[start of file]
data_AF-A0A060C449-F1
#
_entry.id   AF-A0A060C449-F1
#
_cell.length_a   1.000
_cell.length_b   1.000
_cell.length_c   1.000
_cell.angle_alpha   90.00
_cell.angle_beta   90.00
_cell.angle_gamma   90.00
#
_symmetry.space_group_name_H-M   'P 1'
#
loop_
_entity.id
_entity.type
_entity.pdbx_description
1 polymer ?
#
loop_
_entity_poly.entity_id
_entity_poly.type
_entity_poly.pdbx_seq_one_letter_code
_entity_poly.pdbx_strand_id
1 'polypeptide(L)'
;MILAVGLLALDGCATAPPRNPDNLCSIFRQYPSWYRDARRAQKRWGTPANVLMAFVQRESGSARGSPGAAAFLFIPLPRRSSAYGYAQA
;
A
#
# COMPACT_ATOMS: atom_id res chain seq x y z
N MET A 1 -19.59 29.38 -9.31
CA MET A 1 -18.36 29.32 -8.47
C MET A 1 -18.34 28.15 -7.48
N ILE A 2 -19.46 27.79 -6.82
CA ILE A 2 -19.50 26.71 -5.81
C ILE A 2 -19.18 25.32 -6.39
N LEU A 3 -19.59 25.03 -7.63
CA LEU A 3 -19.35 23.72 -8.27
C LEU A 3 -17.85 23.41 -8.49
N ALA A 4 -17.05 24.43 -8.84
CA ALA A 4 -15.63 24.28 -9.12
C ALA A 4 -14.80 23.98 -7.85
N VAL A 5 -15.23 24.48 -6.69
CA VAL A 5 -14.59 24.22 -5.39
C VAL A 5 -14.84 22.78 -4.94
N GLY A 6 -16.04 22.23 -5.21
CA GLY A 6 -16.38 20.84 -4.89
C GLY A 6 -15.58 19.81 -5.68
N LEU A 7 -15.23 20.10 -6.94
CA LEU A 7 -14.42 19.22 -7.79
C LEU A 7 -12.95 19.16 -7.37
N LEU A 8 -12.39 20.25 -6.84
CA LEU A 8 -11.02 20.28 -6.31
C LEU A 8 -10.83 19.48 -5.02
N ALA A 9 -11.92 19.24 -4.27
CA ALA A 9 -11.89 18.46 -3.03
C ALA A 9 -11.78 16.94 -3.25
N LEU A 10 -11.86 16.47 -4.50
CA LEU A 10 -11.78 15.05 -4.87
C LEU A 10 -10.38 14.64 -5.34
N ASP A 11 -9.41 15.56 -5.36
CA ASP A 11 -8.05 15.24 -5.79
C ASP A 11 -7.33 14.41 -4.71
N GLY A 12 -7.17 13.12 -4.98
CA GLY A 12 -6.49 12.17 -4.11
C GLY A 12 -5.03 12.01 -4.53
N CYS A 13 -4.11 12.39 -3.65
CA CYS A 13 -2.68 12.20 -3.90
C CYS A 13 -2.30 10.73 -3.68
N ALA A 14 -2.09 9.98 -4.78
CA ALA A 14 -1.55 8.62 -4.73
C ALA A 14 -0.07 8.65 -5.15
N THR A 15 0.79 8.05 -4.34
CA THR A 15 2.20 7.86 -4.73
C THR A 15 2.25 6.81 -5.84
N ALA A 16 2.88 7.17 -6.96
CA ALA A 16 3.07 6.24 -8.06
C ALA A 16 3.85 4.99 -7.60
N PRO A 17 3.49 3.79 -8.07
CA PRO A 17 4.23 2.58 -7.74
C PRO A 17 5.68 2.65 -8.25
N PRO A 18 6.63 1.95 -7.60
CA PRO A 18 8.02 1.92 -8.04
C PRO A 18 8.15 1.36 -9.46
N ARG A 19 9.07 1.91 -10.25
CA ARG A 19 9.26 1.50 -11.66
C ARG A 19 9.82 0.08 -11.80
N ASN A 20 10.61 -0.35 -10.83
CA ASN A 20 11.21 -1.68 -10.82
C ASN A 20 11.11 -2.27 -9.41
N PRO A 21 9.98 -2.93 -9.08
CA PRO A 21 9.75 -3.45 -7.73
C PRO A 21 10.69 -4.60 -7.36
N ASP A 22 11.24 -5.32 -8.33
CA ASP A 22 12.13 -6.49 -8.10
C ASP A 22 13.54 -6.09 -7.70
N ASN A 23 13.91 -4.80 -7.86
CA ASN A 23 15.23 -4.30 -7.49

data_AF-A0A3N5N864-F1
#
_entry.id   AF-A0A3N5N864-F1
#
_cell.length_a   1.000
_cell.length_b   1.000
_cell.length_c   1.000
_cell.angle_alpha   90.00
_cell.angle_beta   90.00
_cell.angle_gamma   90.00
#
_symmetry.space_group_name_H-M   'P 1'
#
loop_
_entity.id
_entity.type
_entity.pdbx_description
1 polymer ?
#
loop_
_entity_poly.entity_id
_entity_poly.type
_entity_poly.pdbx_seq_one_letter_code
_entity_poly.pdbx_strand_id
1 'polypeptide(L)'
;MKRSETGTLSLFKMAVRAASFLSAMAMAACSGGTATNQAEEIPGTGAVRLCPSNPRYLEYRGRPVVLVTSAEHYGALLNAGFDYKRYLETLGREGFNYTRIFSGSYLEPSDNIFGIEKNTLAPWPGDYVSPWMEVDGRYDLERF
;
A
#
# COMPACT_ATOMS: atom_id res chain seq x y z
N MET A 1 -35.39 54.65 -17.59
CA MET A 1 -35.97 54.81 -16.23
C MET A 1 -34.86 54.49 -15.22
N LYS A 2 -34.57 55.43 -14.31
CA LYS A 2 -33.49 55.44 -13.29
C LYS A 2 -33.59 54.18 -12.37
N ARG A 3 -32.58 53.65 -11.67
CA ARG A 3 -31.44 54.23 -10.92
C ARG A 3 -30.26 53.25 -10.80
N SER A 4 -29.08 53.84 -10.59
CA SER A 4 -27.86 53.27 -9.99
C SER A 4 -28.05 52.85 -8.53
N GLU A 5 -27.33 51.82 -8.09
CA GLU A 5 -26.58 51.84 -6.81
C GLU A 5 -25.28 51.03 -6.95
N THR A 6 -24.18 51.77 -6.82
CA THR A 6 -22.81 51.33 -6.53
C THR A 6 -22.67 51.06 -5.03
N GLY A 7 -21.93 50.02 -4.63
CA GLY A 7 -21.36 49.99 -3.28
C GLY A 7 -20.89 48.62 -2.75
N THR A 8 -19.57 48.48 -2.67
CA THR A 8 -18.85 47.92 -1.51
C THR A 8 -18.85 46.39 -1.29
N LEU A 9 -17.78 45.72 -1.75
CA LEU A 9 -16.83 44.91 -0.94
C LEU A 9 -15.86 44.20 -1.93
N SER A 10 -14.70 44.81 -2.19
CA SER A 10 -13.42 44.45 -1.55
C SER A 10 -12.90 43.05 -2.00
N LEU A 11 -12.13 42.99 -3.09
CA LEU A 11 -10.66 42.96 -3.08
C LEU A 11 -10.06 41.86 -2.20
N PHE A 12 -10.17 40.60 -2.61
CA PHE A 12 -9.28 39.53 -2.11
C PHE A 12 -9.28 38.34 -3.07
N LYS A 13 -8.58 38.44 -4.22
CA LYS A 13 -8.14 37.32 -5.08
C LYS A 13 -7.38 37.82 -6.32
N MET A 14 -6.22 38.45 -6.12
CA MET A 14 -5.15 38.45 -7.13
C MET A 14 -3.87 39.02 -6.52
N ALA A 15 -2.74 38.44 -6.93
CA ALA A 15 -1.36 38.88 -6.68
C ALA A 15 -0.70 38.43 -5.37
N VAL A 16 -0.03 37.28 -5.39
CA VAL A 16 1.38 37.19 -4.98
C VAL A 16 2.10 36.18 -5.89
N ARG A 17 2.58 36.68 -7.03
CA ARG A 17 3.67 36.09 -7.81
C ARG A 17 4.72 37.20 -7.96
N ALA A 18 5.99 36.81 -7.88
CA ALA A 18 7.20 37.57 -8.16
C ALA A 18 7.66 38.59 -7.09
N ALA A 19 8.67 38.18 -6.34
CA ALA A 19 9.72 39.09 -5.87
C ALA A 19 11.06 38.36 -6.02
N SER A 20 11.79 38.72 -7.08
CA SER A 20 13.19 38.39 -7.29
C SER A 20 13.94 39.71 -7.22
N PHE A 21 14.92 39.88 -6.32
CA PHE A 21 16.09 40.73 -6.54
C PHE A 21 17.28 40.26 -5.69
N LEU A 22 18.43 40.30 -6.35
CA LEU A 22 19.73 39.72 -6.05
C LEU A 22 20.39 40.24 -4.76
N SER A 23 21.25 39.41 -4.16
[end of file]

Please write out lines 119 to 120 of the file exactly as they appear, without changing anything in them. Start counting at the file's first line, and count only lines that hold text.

_entity_poly.entity_id
_entity_poly.type